Gatekeepers

Rachelle Gardner posted an article about how she, and others in the publishing industry, are not gatekeepers. Ms. Gardner is one of those people I keep in my blogroll because she has stakes in both traditional and self publishing and keeps my consumption of this information a balanced diet. For anyone who is looking at publishing, I strongly recommend that same approach. The only “right” decision is the one that works best for you, and the only way to know what is best for you is to make sure you are taking in information from all sources. If you only listen to one or another, only to the successes or failures, than you are building a bias in your own mind. This is not a decision that will avail itself to bias.

I said all that because I have a deep respect for Ms. Gardner and her blog (and strongly recommend it). She does have a traditional slant (she’s an agent after all) but is also very forward thinking and genuinely cares about authors and books. Traditional is just the avenue she usually sees as best.

Her post is about how she, as an agent, and others in the industry are not gatekeepers. That their job is not to keep authors out or exclude people, but to find the very best quality and bring it to light. She specifically cites the example of buyers and the fact that they’re not gatekeepers for their particular company.

Except, yeah…yeah they are.

If you make a widget and you want Big Box to sell it, you have to get a hold of a buyer. Invariably, there are more widgets than shelf space for Bog Box. Unless your Amazon, which also serves as a marketplace with infinite room (unless they’re fulfilling for you, then you need a buyer there too), there is only so much product that can be placed in that store or location. A buyer’s job is not only to find the best product but also to weed out the things they don’t want. For Walmart that’s all about profit and what will move the best, coupled with what their customers are demanding. But for an upscale clothing boutique, like say…Nordstrom, their job is also to weed out brands that do not fall in line with the quality or style their store wants to associate itself with. They use the same terms traditional publishing does with words like curating or cultivating in reference to their goods.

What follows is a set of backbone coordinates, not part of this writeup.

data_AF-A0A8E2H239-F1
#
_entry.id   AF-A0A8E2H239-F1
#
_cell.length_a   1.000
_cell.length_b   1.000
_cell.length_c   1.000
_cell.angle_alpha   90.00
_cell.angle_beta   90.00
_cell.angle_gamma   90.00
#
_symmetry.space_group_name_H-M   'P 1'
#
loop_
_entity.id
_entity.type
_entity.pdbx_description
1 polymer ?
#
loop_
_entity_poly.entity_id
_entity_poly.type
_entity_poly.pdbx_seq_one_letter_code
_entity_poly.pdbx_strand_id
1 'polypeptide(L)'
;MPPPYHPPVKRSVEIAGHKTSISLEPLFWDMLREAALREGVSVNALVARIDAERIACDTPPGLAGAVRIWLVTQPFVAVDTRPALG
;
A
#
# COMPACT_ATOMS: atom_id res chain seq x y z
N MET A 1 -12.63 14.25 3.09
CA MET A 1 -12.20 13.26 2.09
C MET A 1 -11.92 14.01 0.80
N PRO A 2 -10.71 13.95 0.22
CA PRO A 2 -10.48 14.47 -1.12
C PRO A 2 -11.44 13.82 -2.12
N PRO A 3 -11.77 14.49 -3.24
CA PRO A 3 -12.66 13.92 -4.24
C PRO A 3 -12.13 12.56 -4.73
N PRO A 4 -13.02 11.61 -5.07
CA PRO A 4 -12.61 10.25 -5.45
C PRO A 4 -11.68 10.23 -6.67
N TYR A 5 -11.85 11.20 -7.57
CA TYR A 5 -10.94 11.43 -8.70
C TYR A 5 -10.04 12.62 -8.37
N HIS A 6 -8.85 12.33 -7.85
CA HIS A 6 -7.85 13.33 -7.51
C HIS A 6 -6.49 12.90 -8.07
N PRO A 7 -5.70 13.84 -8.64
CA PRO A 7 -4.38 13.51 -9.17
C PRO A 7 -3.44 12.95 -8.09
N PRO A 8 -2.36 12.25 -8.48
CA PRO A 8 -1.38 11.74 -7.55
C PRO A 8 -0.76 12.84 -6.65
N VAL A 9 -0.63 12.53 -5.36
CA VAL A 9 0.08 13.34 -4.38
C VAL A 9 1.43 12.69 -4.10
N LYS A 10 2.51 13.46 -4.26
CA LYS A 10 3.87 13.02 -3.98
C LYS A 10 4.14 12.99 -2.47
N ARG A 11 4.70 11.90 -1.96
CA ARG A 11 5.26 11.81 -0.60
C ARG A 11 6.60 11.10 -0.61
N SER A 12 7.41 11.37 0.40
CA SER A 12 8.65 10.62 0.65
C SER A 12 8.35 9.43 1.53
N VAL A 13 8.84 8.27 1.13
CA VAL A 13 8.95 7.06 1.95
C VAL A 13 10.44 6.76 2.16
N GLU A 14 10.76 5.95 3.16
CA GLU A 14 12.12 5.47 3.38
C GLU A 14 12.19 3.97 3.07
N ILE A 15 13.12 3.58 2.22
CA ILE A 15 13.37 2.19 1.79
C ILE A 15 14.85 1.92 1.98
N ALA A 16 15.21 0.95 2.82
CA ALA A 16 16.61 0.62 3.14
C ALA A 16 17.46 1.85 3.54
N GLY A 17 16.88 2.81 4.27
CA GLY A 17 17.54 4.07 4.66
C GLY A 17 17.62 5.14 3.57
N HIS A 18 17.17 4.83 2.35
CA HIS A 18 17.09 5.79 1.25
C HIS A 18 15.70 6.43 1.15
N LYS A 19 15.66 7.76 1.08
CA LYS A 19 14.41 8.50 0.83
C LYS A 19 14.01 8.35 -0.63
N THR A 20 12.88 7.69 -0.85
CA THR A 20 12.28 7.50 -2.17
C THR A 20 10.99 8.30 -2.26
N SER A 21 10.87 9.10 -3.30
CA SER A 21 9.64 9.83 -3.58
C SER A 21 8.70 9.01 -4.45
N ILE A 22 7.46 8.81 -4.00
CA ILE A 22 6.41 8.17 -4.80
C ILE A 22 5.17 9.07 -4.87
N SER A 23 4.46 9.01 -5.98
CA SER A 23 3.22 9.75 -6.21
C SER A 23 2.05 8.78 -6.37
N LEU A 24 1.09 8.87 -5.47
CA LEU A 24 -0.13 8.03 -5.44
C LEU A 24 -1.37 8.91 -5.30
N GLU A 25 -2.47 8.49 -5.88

They are at the gate, holding the keys, and if you don’t convince them, you will not enter the promised land.

Agents, editors, etc. are all gatekeepers. We can debate all day whether or not that is needed (and there is an argument to be had on both sides) but there’s no debate as to whether or not it’s happening. For your book to get published, it has to wow an editor (and probably the sales team). It has to meet all the metrics and qualifiers these people look at when acquiring content. For all kinds of reasons, your book may get rejected. Those reasons could be good or bad, nevertheless, they are there. To even get to an editor, you need and agent and all those same things apply, except now you have to learn how to write queries, spend time and money traveling across the country to meet them, learn elevator pitches, and basically spend more time learning how to sell your book than it took to write it. Agents use all kinds of reasoning (again, not exactly bad) to deny a book. Not my thing, no market, niche market, I have no idea what to do with this, etc.

Do you know what people hear with those sentences? The keys being pocketed, the gate swinging shut.

Even if your job is to bring up the best, invariably you are going to turn people away. Because of human nature and the variability of the market, you will turn away good books. Editors and agents are human, just trying to do their best to figure out what people want to read and what will sell well. No one knows this perfectly, and most don’t know it at all. Who would have though a web hosted erotic fan fiction for a shitty series would become one of the most lucrative books of all time? You can’t guess this stuff. Many are inundated with thousands or queries and hundreds of manuscripts, from people ranging from world class authors in waiting to barely literate people with nothing but time on their hands and a pencil.

Agents and editors do all sorts of tricks to keep that queue down. An author can write the greatest literature in the world and never have a reader see it because they didn’t follow the agent’s guidelines to a T or because they fell down on their query letter. Just as Amazon provides a marketplace with which to sell a product (and thus avoid the hassles of trying to get in the Big Box), they also provided a market for authors who wanted to avoid gatekeepers. And agents are one hell of a gatekeeper. When you have hundreds of agent’s blogs, books, articles, and conferences all dedicated to teaching you how to query an agent, get noticed by an agent, attend a conference and meet an agent, talk to an agent, present yourself to an agent, format your work for an agent, respond to an agent, thank an agent, accept/decline an offer from an agent…

Well, you’re not really as accessible as you think.

Just because you see your job as an usher rather than a key holder, as a person whose job it is to facilitate the ascension or authors to the Heaven of literary success, please do not negate that fact that you are still an obstacle between the creator and the consumer. And that due to the the ridiculously antiquated hoops people have to jump through just to be seen by these particular ushers, you are a big obstacle.

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About enathansisk

My name is Nathan Sisk, and I am a writer and aspiring author.
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